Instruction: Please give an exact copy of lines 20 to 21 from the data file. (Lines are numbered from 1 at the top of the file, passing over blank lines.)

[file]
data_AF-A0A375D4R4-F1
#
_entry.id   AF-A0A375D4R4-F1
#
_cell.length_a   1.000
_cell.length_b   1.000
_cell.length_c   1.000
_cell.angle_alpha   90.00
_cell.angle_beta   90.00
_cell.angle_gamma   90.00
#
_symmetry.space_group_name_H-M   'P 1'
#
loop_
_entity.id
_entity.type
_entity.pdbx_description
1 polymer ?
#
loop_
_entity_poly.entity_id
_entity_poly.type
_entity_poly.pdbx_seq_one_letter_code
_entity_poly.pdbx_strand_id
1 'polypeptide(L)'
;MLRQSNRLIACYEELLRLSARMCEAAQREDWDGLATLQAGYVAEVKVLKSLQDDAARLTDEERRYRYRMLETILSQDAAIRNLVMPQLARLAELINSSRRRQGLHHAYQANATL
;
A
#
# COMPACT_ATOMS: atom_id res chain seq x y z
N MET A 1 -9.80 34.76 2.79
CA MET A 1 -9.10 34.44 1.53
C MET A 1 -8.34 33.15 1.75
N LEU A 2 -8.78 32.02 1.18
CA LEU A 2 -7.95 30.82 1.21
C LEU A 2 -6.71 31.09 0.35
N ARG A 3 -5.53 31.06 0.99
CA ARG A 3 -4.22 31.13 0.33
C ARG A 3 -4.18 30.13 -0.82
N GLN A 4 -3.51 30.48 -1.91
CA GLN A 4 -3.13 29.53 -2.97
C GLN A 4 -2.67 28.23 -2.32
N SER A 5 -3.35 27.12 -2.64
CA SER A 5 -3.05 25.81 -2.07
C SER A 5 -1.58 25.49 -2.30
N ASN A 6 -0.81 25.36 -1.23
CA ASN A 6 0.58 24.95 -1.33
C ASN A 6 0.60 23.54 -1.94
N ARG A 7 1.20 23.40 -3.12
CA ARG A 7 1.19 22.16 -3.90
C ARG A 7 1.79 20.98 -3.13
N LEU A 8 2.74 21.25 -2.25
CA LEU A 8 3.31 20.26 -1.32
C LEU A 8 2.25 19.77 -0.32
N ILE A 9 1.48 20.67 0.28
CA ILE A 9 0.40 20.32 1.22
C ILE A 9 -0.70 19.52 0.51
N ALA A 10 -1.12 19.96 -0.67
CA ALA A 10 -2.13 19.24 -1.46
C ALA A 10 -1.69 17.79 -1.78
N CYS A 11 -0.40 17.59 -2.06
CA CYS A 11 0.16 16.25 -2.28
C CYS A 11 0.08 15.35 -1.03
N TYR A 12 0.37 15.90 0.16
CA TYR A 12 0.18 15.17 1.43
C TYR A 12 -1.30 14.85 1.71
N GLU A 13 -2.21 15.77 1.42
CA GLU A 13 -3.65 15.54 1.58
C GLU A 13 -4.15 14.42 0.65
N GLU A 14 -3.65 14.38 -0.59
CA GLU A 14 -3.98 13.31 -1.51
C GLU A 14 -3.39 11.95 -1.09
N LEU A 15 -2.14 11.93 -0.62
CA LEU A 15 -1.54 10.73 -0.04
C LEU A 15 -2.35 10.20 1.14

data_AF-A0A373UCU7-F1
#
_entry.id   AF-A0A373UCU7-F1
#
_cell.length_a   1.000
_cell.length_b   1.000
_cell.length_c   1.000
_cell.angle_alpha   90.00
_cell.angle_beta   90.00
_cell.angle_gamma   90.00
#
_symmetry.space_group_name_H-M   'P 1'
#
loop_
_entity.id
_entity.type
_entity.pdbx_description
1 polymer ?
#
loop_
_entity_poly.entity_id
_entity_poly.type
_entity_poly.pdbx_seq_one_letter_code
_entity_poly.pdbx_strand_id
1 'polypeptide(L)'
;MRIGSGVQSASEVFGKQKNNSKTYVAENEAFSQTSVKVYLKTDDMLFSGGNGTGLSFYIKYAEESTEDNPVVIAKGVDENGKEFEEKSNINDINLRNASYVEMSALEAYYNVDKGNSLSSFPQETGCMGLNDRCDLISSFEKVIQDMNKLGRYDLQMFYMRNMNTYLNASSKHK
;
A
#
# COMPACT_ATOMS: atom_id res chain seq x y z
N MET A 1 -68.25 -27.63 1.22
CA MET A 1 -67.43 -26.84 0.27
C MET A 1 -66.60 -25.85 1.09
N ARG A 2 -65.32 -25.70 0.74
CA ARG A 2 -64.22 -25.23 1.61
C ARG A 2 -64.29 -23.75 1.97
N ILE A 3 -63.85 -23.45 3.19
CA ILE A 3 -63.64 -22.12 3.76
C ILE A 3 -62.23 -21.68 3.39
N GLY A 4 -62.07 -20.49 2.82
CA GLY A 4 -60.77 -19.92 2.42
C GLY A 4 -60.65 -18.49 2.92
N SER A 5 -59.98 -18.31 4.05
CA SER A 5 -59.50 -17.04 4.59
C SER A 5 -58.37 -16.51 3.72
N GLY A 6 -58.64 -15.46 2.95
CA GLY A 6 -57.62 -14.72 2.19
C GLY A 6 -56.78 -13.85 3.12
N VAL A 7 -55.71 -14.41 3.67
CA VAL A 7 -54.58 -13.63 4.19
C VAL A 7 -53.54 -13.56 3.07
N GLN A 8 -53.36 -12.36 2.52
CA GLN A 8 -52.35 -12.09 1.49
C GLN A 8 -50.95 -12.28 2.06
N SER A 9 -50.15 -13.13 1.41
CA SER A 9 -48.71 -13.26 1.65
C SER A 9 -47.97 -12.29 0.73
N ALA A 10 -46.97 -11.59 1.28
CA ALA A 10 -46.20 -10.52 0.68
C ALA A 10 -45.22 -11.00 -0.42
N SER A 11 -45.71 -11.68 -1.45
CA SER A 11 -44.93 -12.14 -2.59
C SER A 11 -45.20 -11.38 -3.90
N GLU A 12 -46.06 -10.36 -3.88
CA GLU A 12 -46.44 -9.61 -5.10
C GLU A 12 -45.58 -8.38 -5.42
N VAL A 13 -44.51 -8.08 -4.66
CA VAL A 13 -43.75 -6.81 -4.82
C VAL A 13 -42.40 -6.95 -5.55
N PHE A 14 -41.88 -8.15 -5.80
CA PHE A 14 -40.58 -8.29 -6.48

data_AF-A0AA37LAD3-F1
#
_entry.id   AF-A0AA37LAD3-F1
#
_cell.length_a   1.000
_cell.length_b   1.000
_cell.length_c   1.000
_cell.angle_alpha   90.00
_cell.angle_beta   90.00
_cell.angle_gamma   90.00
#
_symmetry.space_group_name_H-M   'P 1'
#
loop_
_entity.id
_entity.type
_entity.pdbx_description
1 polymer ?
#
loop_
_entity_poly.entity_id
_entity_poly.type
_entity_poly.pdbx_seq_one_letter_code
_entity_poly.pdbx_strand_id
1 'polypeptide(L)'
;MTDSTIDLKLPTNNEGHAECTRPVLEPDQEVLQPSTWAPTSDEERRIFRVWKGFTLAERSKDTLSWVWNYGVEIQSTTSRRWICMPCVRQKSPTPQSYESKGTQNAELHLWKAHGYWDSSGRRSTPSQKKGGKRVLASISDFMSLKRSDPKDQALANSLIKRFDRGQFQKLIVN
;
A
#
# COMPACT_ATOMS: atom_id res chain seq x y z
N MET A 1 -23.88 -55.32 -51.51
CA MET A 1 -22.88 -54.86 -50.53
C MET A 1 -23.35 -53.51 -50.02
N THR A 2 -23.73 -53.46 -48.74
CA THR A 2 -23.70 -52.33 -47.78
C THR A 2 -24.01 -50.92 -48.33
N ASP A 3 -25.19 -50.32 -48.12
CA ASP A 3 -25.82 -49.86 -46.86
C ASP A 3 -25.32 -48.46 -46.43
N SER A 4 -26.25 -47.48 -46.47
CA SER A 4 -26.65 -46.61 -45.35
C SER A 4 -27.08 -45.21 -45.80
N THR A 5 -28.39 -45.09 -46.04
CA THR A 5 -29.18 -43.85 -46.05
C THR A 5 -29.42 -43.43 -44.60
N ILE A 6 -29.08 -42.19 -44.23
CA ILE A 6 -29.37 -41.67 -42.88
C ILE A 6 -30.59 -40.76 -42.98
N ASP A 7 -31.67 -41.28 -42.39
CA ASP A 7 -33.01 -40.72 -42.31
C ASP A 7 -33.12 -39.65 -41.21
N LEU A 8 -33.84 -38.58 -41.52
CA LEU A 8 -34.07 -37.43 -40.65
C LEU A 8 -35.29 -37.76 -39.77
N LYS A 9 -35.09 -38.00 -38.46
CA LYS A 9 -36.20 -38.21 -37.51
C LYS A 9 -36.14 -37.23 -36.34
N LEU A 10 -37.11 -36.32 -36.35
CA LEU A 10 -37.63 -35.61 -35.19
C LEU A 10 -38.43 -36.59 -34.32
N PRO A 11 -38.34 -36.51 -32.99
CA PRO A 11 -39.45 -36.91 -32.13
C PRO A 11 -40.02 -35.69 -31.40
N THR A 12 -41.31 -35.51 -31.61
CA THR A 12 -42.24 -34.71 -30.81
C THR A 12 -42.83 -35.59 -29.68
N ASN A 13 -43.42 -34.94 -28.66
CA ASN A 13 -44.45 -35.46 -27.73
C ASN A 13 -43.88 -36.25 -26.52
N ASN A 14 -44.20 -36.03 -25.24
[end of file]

loop_
_entity_poly.entity_id